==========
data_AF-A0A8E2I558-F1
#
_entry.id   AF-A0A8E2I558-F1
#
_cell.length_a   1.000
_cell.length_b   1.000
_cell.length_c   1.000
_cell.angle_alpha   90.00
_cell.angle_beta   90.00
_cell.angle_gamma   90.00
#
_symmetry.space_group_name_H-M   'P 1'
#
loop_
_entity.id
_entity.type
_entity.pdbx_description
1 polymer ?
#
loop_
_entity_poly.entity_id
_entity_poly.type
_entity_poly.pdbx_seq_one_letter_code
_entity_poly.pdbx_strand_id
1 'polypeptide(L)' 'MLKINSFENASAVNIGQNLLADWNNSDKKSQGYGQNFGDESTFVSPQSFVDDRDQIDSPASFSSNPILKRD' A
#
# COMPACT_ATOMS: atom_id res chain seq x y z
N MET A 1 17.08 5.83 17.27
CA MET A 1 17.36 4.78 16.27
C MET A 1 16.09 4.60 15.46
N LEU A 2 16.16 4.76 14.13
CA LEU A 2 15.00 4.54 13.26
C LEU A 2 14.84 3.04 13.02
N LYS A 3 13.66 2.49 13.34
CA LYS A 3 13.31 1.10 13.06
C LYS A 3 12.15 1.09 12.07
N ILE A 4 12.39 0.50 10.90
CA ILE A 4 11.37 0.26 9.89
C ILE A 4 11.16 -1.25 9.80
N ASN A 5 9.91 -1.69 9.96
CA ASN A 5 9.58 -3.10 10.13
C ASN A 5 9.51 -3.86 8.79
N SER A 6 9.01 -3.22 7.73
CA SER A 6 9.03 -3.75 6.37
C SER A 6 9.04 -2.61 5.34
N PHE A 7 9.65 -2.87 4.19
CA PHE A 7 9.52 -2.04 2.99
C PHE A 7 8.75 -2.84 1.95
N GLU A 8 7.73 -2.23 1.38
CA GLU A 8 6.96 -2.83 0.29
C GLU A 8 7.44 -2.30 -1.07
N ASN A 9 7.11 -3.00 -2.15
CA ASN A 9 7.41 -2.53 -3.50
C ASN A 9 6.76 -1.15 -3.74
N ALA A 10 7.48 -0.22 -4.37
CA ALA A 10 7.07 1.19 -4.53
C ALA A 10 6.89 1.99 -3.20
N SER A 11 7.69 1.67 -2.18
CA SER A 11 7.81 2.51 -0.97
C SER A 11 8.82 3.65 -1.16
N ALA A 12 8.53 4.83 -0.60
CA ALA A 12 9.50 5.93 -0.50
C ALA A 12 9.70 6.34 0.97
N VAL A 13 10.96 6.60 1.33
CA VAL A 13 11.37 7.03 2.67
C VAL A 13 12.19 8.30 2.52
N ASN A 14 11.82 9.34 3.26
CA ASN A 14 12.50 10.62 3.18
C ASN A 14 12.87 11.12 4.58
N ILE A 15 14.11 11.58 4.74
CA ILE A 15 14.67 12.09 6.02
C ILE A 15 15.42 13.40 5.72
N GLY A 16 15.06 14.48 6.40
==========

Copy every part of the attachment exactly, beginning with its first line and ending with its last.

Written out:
data_AF-A0A8E2I558-F1
#
_entry.id   AF-A0A8E2I558-F1
#
_cell.length_a   1.000
_cell.length_b   1.000
_cell.length_c   1.000
_cell.angle_alpha   90.00
_cell.angle_beta   90.00
_cell.angle_gamma   90.00
#
_symmetry.space_group_name_H-M   'P 1'
#
loop_
_entity.id
_entity.type
_entity.pdbx_description
1 polymer ?
#
loop_
_entity_poly.entity_id
_entity_poly.type
_entity_poly.pdbx_seq_one_letter_code
_entity_poly.pdbx_strand_id
1 'polypeptide(L)' 'MLKINSFENASAVNIGQNLLADWNNSDKKSQGYGQNFGDESTFVSPQSFVDDRDQIDSPASFSSNPILKRD' A
#
# COMPACT_ATOMS: atom_id res chain seq x y z
N MET A 1 17.08 5.83 17.27
CA MET A 1 17.36 4.78 16.27
C MET A 1 16.09 4.60 15.46
N LEU A 2 16.16 4.76 14.13
CA LEU A 2 15.00 4.54 13.26
C LEU A 2 14.84 3.04 13.02
N LYS A 3 13.66 2.49 13.34
CA LYS A 3 13.31 1.10 13.06
C LYS A 3 12.15 1.09 12.07
N ILE A 4 12.39 0.50 10.90
CA ILE A 4 11.37 0.26 9.89
C ILE A 4 11.16 -1.25 9.80
N ASN A 5 9.91 -1.69 9.96
CA ASN A 5 9.58 -3.10 10.13
C ASN A 5 9.51 -3.86 8.79
N SER A 6 9.01 -3.22 7.73
CA SER A 6 9.03 -3.75 6.37
C SER A 6 9.04 -2.61 5.34
N PHE A 7 9.65 -2.87 4.19
CA PHE A 7 9.52 -2.04 2.99
C PHE A 7 8.75 -2.84 1.95
N GLU A 8 7.73 -2.23 1.38
CA GLU A 8 6.96 -2.83 0.29
C GLU A 8 7.44 -2.30 -1.07
N ASN A 9 7.11 -3.00 -2.15
CA ASN A 9 7.41 -2.53 -3.50
C ASN A 9 6.76 -1.15 -3.74
N ALA A 10 7.48 -0.22 -4.37
CA ALA A 10 7.07 1.19 -4.53
C ALA A 10 6.89 1.99 -3.20
N SER A 11 7.69 1.67 -2.18
CA SER A 11 7.81 2.51 -0.97
C SER A 11 8.82 3.65 -1.16
N ALA A 12 8.53 4.83 -0.60
CA ALA A 12 9.50 5.93 -0.50
C ALA A 12 9.70 6.34 0.97
N VAL A 13 10.96 6.60 1.33
CA VAL A 13 11.37 7.03 2.67
C VAL A 13 12.19 8.30 2.52
N ASN A 14 11.82 9.34 3.26
CA ASN A 14 12.50 10.62 3.18
C ASN A 14 12.87 11.12 4.58
N ILE A 15 14.11 11.58 4.74
CA ILE A 15 14.67 12.09 6.02
C ILE A 15 15.42 13.40 5.72
N GLY A 16 15.06 14.48 6.40